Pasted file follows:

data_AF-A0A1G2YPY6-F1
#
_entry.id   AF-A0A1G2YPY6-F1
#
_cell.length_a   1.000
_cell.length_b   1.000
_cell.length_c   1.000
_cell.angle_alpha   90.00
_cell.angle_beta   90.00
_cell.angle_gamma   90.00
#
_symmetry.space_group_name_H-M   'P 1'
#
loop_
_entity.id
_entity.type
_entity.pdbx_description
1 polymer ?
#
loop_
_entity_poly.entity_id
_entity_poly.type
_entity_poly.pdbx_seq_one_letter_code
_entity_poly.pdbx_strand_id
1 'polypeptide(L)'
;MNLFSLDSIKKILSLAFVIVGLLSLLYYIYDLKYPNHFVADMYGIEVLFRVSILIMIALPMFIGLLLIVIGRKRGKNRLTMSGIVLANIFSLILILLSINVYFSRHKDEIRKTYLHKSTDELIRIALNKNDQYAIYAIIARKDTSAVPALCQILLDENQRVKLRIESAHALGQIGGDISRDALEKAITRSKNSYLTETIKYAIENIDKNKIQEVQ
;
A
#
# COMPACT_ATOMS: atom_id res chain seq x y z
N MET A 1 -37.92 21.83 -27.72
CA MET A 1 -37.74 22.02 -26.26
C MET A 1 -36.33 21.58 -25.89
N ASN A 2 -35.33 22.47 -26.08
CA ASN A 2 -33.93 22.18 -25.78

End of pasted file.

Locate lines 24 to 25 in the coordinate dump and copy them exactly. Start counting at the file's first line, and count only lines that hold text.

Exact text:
_entity_poly.pdbx_strand_id
1 'polypeptide(L)'